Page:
President Obama unveiled a tax credit for small business owners as an incentive to get them to hire as part of his jobs plan last Thursday before Congress, which will pay up to $4,000 to small businesses for hiring a person who has been unemployed for at least six months.
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If the employee is a veteran, the credit would jump to $5,600, if the vet was injured in the line of duty, the credit can reach up to $9,600.
“Everyone here knows that small businesses are where most new jobs begin. And you know that while corporate profits have come roaring back, smaller companies haven't. So for everyone who speaks so passionately about making life easier for ‘job creators,’ this plan is for you,” the president said in his speech to Congress.
So what do small business owners think the tax credit will do? Here's what three of our featured businesses had to say.
Pi Pizzeria, St. Louis, Mo.
Chris Sommers, co-founder of Pi Pizzeria, said the tax break has great potential to help small business owners and the economy as a whole.
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"Those who are on the fence as to whether they can afford to hire will have that little extra encouragement and security in their decision to expand their workforce," he said. "It's unfortunate that so many large companies are sitting on so much cash, using the excuse of too much uncertainty in the economy to justify their lack of hiring. Truth is, most of these companies have just figured out to do more with less, how to squeeze more work out of their existing workforce here and with outsourcing. Many have returned to significant profitability in these lean times. These jobs aren't coming back, so it will be up to small business owners to pick up the slack."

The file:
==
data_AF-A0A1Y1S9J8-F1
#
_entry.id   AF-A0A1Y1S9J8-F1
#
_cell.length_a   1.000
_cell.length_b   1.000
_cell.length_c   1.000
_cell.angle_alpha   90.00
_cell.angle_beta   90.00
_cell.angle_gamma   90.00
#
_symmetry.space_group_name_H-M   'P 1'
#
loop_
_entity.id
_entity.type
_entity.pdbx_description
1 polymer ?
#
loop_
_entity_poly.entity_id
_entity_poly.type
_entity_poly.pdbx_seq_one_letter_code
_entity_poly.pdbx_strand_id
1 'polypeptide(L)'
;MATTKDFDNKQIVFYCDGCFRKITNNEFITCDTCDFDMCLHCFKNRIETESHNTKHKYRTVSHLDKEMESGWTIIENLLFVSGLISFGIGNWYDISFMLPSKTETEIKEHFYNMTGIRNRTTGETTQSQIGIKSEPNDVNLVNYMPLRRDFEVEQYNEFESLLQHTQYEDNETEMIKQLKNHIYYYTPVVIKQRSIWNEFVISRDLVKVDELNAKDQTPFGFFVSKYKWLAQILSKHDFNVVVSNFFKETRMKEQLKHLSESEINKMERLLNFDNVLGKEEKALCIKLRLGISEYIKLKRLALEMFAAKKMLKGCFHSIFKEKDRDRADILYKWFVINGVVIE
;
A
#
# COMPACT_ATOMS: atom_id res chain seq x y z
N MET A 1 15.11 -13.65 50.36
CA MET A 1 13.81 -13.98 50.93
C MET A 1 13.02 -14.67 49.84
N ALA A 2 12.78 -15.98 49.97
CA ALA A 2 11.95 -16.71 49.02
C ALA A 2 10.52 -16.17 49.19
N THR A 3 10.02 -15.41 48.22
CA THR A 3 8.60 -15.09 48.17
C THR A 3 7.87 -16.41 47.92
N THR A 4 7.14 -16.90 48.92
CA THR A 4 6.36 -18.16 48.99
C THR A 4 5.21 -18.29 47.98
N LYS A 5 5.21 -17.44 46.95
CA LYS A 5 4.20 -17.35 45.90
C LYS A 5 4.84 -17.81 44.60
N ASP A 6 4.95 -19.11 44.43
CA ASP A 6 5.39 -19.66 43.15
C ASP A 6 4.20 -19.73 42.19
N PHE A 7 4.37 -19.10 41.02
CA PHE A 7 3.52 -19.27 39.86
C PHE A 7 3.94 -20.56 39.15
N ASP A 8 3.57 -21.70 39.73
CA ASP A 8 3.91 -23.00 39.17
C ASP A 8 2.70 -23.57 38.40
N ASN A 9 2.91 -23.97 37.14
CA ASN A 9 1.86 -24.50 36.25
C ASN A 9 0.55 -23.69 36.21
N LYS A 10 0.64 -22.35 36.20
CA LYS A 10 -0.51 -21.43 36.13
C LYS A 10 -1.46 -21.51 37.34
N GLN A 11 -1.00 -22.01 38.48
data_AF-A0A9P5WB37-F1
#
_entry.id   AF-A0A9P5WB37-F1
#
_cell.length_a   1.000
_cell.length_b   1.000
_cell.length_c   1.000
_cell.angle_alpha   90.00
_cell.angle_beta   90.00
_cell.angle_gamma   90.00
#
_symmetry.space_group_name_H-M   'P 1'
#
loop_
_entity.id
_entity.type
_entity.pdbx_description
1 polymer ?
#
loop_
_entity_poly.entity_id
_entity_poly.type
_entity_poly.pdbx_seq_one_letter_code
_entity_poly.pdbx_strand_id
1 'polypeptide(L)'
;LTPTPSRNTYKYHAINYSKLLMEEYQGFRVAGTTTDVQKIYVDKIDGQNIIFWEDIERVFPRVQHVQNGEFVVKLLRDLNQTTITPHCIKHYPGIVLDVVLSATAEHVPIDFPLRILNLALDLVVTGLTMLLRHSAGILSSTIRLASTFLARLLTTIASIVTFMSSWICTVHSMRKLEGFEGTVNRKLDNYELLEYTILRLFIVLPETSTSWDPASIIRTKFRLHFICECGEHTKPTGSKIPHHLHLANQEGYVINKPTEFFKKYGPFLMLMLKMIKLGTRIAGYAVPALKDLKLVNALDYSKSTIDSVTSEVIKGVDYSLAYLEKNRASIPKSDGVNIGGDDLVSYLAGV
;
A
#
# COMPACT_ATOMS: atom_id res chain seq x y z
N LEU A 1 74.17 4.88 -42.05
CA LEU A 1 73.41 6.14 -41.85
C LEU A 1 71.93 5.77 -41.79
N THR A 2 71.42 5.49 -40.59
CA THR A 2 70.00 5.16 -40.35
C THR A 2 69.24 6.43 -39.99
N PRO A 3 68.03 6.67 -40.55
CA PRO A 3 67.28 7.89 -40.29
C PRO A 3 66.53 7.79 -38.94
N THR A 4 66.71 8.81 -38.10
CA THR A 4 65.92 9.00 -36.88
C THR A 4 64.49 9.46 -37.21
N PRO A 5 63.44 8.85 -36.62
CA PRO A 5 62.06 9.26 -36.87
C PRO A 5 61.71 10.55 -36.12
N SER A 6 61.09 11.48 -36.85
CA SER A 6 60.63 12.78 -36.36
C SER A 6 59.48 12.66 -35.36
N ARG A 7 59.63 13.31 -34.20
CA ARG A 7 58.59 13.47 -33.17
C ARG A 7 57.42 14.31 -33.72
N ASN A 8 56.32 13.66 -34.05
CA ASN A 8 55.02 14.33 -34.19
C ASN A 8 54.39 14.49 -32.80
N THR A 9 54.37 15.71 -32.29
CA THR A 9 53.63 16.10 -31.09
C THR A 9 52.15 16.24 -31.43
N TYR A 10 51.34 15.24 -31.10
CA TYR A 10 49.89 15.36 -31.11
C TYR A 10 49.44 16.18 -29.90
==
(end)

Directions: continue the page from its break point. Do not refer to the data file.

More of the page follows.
Sommers continue to say he isn’t taxed enough as an individual.
"I am fortunate to do well, and I pay a lot in taxes, but I can pay more," he said. "A couple of percent increases in my federal income tax levels is not going to prevent me from hiring, and will certainly help get the country on better footing."
toolhangerz, Cincinnati, Ohio
Jim Browning, owner of toolhangerz, agreed the tax credit would be a good incentive for small business owners to hire and would also help bring down the unemployment rate.
"For my own personal business, I am not at the stage where it will impact me because I am a new startup and a one-man shop. But the small business owners I know and am targeting, it will probably help them."
Overall, Browning said he would like to see the administration take a greater interest in true startups—those with one or just a handful employees.
"They have to really look at the entrepreneurs who are single-person shops to 10-person shops in order to have an impact," he said. "Startups should be a real concern, and there should be a focus on available capital."
While Browning said he is in a position to be self funding, he knows his circumstance is in the minority among entrepreneurs.
"I am running on a shoestring. People have ideas and need capital, but can't get access to it. If I expand, I will be in the same boat. Will I be able to get it?"
EdenSong Essentials Edible Skin Food, Nashville, Tenn.
Stephanie Rountree, owner of EdenSong Essentials Edible Skin Food, said she is hopeful the credit will help her fellow entrepreneurs, but she’s not banking on it.
"I hope it has an impact, but I'm not sure that it's anything more than the typical political doublespeak. I am a half-full girl, as opposed to the glass half empty."